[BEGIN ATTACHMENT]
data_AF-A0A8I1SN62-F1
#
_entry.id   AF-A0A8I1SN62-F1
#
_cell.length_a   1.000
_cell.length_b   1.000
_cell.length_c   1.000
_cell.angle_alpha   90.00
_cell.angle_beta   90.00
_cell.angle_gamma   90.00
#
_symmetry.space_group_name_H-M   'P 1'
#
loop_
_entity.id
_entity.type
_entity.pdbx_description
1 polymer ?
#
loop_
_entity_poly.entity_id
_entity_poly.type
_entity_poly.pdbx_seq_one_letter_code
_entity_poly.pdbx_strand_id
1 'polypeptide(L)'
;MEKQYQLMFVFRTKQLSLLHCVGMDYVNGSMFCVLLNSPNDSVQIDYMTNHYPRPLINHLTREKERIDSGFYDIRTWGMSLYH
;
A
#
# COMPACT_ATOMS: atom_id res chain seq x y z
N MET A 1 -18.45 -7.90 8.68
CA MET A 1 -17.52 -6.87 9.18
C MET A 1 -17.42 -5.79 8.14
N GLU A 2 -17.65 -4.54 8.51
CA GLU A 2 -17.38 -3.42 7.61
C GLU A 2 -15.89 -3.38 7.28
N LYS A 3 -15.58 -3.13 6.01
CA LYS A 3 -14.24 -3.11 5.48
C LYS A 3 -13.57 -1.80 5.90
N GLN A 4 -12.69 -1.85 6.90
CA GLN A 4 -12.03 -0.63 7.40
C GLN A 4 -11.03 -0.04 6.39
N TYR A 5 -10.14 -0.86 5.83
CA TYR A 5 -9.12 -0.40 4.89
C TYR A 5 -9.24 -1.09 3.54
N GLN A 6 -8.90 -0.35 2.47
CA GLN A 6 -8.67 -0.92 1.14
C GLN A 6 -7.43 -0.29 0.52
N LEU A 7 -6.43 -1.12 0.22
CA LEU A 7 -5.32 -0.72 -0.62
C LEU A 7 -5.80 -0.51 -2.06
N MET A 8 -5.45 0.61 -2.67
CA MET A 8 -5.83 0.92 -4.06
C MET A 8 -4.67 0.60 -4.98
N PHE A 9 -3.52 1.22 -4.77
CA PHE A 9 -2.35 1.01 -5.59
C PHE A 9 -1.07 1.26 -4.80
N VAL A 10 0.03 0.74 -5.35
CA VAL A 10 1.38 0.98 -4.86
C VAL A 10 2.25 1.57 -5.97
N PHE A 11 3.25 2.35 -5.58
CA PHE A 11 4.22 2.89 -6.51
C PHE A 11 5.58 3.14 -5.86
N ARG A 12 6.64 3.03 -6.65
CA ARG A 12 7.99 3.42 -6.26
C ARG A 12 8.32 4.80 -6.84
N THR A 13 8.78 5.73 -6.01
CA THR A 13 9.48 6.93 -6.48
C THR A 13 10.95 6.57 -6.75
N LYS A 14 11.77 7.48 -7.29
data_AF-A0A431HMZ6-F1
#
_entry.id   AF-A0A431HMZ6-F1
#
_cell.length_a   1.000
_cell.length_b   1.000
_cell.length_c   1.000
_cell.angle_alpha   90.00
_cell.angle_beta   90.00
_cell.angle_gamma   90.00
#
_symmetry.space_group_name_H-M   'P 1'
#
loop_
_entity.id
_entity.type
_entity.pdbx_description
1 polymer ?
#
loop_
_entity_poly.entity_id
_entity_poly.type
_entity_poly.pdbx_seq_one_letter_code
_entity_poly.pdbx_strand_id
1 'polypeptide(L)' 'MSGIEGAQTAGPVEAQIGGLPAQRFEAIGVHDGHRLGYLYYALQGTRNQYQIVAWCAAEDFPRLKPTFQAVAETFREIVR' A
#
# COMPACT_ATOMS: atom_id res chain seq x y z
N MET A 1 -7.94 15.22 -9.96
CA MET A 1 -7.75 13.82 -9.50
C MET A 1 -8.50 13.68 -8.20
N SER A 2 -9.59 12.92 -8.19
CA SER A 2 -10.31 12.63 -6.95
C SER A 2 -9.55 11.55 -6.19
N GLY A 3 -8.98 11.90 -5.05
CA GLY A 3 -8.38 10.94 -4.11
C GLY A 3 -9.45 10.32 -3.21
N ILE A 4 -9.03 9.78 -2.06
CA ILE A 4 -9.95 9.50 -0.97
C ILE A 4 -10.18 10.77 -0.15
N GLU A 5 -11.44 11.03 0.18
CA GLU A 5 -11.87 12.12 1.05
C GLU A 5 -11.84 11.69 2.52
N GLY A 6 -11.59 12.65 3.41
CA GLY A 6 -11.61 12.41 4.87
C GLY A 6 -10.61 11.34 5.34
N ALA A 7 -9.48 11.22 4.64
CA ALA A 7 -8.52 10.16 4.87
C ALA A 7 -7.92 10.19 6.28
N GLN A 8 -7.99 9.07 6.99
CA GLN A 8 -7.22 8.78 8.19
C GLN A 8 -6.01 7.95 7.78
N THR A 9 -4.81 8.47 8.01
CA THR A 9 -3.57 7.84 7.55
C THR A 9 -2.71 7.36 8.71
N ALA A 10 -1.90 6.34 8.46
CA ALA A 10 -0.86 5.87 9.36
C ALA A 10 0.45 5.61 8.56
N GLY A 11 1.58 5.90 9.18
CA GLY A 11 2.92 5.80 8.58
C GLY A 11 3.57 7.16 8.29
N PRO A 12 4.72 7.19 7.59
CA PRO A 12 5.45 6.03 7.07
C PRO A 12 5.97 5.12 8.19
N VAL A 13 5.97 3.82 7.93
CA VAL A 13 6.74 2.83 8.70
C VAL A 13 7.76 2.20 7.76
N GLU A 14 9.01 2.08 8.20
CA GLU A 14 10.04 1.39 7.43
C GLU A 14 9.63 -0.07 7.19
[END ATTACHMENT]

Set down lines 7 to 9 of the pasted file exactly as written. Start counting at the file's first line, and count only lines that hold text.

_cell.length_c   1.000
_cell.angle_alpha   90.00
_cell.angle_beta   90.00